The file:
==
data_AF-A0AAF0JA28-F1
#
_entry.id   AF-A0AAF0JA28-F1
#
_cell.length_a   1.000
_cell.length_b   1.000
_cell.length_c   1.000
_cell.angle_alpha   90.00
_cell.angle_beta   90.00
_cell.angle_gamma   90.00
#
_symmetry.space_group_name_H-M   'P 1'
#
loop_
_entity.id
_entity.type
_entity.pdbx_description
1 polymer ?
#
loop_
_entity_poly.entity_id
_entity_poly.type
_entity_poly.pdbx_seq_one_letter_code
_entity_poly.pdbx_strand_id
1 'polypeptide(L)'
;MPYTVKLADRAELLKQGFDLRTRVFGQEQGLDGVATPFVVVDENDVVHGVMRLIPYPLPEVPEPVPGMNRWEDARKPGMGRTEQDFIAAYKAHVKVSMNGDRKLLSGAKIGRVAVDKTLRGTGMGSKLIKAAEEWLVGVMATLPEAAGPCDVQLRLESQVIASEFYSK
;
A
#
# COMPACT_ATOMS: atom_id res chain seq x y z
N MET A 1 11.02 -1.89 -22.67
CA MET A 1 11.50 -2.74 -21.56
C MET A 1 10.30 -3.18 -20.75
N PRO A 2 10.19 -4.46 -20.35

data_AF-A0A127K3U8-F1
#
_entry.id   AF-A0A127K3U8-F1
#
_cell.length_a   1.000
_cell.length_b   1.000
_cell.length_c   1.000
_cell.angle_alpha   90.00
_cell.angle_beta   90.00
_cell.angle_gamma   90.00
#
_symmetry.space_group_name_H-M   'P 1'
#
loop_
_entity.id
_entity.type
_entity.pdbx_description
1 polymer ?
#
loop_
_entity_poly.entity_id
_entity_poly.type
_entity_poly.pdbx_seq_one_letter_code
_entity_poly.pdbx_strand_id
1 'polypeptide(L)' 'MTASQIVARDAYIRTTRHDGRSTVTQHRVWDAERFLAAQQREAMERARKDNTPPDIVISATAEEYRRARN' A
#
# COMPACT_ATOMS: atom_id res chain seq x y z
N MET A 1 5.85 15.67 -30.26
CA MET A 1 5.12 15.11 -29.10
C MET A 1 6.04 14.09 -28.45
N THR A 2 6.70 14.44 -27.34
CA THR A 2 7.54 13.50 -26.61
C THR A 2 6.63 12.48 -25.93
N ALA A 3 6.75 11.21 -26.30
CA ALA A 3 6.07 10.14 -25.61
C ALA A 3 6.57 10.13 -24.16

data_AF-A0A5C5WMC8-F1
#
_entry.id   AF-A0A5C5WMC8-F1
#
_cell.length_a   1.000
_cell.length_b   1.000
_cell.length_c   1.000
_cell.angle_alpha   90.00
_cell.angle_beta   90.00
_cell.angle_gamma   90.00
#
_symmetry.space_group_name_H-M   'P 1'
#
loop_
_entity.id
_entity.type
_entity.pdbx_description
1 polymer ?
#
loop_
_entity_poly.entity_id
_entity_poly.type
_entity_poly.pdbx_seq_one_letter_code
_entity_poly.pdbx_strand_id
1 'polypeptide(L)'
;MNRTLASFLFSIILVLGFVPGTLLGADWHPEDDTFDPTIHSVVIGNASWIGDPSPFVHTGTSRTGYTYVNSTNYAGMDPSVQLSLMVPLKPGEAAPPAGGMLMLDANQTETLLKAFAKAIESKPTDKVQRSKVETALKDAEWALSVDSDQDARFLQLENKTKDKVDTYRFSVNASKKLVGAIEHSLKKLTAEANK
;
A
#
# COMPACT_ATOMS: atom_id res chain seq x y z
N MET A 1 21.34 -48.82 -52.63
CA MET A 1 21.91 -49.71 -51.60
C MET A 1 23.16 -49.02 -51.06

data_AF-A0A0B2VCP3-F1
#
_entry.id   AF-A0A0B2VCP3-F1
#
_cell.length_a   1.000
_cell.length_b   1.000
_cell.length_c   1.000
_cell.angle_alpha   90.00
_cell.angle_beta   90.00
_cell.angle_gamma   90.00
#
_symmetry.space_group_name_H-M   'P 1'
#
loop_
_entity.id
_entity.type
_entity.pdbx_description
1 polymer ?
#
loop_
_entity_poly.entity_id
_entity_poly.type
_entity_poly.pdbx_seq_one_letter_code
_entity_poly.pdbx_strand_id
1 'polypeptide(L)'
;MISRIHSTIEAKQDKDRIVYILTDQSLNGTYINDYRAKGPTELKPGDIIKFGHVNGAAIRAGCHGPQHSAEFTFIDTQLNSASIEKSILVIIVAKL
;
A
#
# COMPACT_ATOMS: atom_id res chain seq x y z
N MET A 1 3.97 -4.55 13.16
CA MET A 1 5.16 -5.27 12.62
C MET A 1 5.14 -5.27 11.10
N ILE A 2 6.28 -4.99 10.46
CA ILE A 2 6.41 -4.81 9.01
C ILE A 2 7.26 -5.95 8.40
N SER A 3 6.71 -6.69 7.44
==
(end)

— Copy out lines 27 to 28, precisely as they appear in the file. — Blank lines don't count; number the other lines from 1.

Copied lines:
;
A